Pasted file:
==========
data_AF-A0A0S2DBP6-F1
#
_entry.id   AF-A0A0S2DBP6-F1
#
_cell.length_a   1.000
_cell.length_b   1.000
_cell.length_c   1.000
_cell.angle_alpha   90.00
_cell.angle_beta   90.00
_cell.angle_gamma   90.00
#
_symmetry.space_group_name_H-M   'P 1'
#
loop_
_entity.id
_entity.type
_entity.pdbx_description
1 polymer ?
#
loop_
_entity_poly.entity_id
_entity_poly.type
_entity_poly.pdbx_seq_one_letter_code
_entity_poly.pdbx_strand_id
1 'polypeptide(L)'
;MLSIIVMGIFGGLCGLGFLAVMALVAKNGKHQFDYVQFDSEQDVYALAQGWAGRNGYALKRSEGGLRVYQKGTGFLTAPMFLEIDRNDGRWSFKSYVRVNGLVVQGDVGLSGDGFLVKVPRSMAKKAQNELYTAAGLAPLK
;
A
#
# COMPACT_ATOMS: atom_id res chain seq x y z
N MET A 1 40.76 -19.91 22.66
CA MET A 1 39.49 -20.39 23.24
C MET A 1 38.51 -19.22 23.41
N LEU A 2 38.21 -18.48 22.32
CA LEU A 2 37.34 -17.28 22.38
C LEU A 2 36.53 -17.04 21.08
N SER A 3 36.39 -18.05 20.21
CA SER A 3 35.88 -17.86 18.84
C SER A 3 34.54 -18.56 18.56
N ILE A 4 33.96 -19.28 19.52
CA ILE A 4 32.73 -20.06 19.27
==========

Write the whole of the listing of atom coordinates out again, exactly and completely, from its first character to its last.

data_AF-A0A0S2DBP6-F1
#
_entry.id   AF-A0A0S2DBP6-F1
#
_cell.length_a   1.000
_cell.length_b   1.000
_cell.length_c   1.000
_cell.angle_alpha   90.00
_cell.angle_beta   90.00
_cell.angle_gamma   90.00
#
_symmetry.space_group_name_H-M   'P 1'
#
loop_
_entity.id
_entity.type
_entity.pdbx_description
1 polymer ?
#
loop_
_entity_poly.entity_id
_entity_poly.type
_entity_poly.pdbx_seq_one_letter_code
_entity_poly.pdbx_strand_id
1 'polypeptide(L)'
;MLSIIVMGIFGGLCGLGFLAVMALVAKNGKHQFDYVQFDSEQDVYALAQGWAGRNGYALKRSEGGLRVYQKGTGFLTAPMFLEIDRNDGRWSFKSYVRVNGLVVQGDVGLSGDGFLVKVPRSMAKKAQNELYTAAGLAPLK
;
A
#
# COMPACT_ATOMS: atom_id res chain seq x y z
N MET A 1 40.76 -19.91 22.66
CA MET A 1 39.49 -20.39 23.24
C MET A 1 38.51 -19.22 23.41
N LEU A 2 38.21 -18.48 22.32
CA LEU A 2 37.34 -17.28 22.38
C LEU A 2 36.53 -17.04 21.08
N SER A 3 36.39 -18.05 20.21
CA SER A 3 35.88 -17.86 18.84
C SER A 3 34.54 -18.56 18.56
N ILE A 4 33.96 -19.28 19.52
CA ILE A 4 32.73 -20.06 19.27